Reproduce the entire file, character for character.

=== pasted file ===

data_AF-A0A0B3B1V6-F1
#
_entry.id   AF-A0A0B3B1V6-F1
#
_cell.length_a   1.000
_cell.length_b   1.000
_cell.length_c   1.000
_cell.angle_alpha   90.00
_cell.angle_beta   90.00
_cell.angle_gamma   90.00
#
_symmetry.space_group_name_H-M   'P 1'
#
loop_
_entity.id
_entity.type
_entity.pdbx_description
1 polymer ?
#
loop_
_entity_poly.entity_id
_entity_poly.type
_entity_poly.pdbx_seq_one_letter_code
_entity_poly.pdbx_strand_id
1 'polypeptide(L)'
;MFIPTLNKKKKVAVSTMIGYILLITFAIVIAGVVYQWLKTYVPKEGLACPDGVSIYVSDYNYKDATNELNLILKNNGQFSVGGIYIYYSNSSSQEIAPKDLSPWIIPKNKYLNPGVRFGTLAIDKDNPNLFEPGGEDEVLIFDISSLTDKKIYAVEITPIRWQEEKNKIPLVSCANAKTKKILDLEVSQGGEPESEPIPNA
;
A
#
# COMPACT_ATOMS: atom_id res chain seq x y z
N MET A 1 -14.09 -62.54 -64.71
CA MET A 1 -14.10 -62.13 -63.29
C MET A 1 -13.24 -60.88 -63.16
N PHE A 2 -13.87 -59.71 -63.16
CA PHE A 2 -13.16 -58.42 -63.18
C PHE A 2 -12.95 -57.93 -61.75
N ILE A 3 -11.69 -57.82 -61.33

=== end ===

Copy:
data_AF-A0A0B3B1V6-F1
#
_entry.id   AF-A0A0B3B1V6-F1
#
_cell.length_a   1.000
_cell.length_b   1.000
_cell.length_c   1.000
_cell.angle_alpha   90.00
_cell.angle_beta   90.00
_cell.angle_gamma   90.00
#
_symmetry.space_group_name_H-M   'P 1'
#
loop_
_entity.id
_entity.type
_entity.pdbx_description
1 polymer ?
#
loop_
_entity_poly.entity_id
_entity_poly.type
_entity_poly.pdbx_seq_one_letter_code
_entity_poly.pdbx_strand_id
1 'polypeptide(L)'
;MFIPTLNKKKKVAVSTMIGYILLITFAIVIAGVVYQWLKTYVPKEGLACPDGVSIYVSDYNYKDATNELNLILKNNGQFSVGGIYIYYSNSSSQEIAPKDLSPWIIPKNKYLNPGVRFGTLAIDKDNPNLFEPGGEDEVLIFDISSLTDKKIYAVEITPIRWQEEKNKIPLVSCANAKTKKILDLEVSQGGEPESEPIPNA
;
A
#
# COMPACT_ATOMS: atom_id res chain seq x y z
N MET A 1 -14.09 -62.54 -64.71
CA MET A 1 -14.10 -62.13 -63.29
C MET A 1 -13.24 -60.88 -63.16
N PHE A 2 -13.87 -59.71 -63.16
CA PHE A 2 -13.16 -58.42 -63.18
C PHE A 2 -12.95 -57.93 -61.75
N ILE A 3 -11.69 -57.82 -61.33